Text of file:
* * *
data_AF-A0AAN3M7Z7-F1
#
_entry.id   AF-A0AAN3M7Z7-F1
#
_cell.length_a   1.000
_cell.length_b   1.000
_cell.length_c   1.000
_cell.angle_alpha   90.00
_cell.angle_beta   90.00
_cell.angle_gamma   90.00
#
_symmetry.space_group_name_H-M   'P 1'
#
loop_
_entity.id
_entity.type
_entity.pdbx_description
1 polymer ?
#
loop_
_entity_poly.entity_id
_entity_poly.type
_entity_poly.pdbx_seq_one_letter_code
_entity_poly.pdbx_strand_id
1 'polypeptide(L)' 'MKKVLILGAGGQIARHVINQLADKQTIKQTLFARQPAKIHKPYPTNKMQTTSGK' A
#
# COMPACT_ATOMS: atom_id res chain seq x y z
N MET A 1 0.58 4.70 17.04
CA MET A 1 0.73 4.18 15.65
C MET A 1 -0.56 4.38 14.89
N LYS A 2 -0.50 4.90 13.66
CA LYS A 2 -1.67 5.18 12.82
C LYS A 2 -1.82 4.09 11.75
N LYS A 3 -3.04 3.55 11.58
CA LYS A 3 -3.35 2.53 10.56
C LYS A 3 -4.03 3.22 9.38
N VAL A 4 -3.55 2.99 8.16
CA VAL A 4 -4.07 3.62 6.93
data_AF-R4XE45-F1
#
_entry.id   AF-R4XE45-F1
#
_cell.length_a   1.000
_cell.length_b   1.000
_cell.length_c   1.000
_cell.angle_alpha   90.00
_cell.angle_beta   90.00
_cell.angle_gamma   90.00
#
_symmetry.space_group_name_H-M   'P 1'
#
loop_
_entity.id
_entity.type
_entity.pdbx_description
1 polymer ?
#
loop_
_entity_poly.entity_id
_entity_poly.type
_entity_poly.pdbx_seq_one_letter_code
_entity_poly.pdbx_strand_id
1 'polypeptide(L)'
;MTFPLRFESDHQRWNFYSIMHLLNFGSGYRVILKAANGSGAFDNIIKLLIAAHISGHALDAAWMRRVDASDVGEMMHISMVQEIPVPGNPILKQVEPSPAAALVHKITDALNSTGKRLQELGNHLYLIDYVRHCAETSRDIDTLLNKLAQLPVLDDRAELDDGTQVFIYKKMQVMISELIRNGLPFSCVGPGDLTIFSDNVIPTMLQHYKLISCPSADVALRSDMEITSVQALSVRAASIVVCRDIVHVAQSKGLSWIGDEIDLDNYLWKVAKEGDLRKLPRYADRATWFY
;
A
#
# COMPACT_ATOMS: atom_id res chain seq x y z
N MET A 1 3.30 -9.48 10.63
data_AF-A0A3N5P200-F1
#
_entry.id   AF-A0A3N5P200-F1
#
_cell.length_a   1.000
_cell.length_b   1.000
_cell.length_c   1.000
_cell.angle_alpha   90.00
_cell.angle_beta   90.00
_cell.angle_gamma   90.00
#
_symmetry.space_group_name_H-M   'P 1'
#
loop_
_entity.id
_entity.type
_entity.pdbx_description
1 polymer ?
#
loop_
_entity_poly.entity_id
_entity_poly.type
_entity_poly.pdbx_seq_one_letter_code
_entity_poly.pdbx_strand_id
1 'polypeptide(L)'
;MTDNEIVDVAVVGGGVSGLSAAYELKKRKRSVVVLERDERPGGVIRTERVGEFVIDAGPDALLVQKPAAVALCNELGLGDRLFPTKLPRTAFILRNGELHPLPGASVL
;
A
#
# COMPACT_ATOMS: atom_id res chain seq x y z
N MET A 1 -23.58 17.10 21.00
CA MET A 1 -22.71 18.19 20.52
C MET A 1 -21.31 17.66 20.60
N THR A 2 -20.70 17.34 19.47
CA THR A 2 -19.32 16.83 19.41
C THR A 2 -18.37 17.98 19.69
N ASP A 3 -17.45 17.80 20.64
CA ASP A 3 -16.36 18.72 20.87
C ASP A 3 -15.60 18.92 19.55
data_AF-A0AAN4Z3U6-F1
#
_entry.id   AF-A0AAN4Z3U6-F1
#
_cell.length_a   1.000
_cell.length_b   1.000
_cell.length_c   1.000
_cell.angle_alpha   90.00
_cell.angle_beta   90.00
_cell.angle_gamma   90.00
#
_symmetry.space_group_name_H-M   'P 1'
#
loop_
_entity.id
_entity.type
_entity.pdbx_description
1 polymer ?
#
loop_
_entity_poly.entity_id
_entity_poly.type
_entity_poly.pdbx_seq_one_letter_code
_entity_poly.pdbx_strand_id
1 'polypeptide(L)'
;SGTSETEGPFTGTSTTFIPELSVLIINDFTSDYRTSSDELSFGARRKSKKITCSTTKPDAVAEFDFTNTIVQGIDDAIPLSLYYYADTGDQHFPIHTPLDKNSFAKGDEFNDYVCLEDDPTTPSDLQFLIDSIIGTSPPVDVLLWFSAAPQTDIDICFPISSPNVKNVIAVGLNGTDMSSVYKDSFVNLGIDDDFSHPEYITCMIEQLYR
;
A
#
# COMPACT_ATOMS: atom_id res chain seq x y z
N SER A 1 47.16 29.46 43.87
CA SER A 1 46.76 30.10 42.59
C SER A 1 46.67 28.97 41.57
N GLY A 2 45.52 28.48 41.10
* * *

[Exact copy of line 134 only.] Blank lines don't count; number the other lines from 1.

;SGTSETEGPFTGTSTTFIPELSVLIINDFTSDYRTSSDELSFGARRKSKKITCSTTKPDAVAEFDFTNTIVQGIDDAIPLSLYYYADTGDQHFPIHTPLDKNSFAKGDEFNDYVCLEDDPTTPSDLQFLIDSIIGTSPPVDVLLWFSAAPQTDIDICFPISSPNVKNVIAVGLNGTDMSSVYKDSFVNLGIDDDFSHPEYITCMIEQLYR